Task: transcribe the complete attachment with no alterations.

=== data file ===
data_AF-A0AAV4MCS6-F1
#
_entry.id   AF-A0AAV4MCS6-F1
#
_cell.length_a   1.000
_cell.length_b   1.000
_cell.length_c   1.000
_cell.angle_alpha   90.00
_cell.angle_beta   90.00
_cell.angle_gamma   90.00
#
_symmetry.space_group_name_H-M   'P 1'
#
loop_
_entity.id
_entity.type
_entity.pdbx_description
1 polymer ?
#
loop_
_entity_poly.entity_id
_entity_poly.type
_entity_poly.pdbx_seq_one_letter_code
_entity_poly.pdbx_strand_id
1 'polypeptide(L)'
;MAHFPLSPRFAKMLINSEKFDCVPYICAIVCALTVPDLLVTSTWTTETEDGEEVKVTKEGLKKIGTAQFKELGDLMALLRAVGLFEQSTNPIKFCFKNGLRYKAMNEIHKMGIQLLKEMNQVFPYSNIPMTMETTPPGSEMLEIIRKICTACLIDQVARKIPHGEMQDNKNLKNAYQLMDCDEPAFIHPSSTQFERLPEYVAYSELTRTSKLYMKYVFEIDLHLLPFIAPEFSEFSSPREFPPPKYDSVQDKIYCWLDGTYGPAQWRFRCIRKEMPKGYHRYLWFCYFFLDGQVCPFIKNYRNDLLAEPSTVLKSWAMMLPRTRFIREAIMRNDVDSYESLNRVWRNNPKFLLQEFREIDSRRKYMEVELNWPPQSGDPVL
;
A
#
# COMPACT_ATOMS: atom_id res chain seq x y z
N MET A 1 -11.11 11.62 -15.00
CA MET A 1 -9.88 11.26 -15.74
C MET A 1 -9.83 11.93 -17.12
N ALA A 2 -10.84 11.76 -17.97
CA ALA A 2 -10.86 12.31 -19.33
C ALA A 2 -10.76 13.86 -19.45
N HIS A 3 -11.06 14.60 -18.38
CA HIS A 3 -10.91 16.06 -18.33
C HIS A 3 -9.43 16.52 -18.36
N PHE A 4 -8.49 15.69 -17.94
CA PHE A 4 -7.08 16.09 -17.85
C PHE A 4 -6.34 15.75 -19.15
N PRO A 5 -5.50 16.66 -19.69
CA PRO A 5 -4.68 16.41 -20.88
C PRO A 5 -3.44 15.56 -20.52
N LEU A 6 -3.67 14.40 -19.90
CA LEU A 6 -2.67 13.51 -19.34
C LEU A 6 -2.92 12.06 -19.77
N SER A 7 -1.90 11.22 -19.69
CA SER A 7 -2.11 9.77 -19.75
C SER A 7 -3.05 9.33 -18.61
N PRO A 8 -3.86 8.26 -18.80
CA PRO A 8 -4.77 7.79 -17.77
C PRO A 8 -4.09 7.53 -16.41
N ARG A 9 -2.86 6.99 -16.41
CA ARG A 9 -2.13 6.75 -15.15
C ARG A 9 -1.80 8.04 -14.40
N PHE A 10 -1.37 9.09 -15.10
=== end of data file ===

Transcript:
data_AF-A0AAV4MCS6-F1
#
_entry.id   AF-A0AAV4MCS6-F1
#
_cell.length_a   1.000
_cell.length_b   1.000
_cell.length_c   1.000
_cell.angle_alpha   90.00
_cell.angle_beta   90.00
_cell.angle_gamma   90.00
#
_symmetry.space_group_name_H-M   'P 1'
#
loop_
_entity.id
_entity.type
_entity.pdbx_description
1 polymer ?
#
loop_
_entity_poly.entity_id
_entity_poly.type
_entity_poly.pdbx_seq_one_letter_code
_entity_poly.pdbx_strand_id
1 'polypeptide(L)'
;MAHFPLSPRFAKMLINSEKFDCVPYICAIVCALTVPDLLVTSTWTTETEDGEEVKVTKEGLKKIGTAQFKELGDLMALLRAVGLFEQSTNPIKFCFKNGLRYKAMNEIHKMGIQLLKEMNQVFPYSNIPMTMETTPPGSEMLEIIRKICTACLIDQVARKIPHGEMQDNKNLKNAYQLMDCDEPAFIHPSSTQFERLPEYVAYSELTRTSKLYMKYVFEIDLHLLPFIAPEFSEFSSPREFPPPKYDSVQDKIYCWLDGTYGPAQWRFRCIRKEMPKGYHRYLWFCYFFLDGQVCPFIKNYRNDLLAEPSTVLKSWAMMLPRTRFIREAIMRNDVDSYESLNRVWRNNPKFLLQEFREIDSRRKYMEVELNWPPQSGDPVL
;
A
#
# COMPACT_ATOMS: atom_id res chain seq x y z
N MET A 1 -11.11 11.62 -15.00
CA MET A 1 -9.88 11.26 -15.74
C MET A 1 -9.83 11.93 -17.12
N ALA A 2 -10.84 11.76 -17.97
CA ALA A 2 -10.86 12.31 -19.33
C ALA A 2 -10.76 13.86 -19.45
N HIS A 3 -11.06 14.60 -18.38
CA HIS A 3 -10.91 16.06 -18.33
C HIS A 3 -9.43 16.52 -18.36
N PHE A 4 -8.49 15.69 -17.94
CA PHE A 4 -7.08 16.09 -17.85
C PHE A 4 -6.34 15.75 -19.15
N PRO A 5 -5.50 16.66 -19.69
CA PRO A 5 -4.68 16.41 -20.88
C PRO A 5 -3.44 15.56 -20.52
N LEU A 6 -3.67 14.40 -19.90
CA LEU A 6 -2.67 13.51 -19.34
C LEU A 6 -2.92 12.06 -19.77
N SER A 7 -1.90 11.22 -19.69
CA SER A 7 -2.11 9.77 -19.75
C SER A 7 -3.05 9.33 -18.61
N PRO A 8 -3.86 8.26 -18.80
CA PRO A 8 -4.77 7.79 -17.77
C PRO A 8 -4.09 7.53 -16.41
N ARG A 9 -2.86 6.99 -16.41
CA ARG A 9 -2.13 6.75 -15.15
C ARG A 9 -1.80 8.04 -14.40
N PHE A 10 -1.37 9.09 -15.10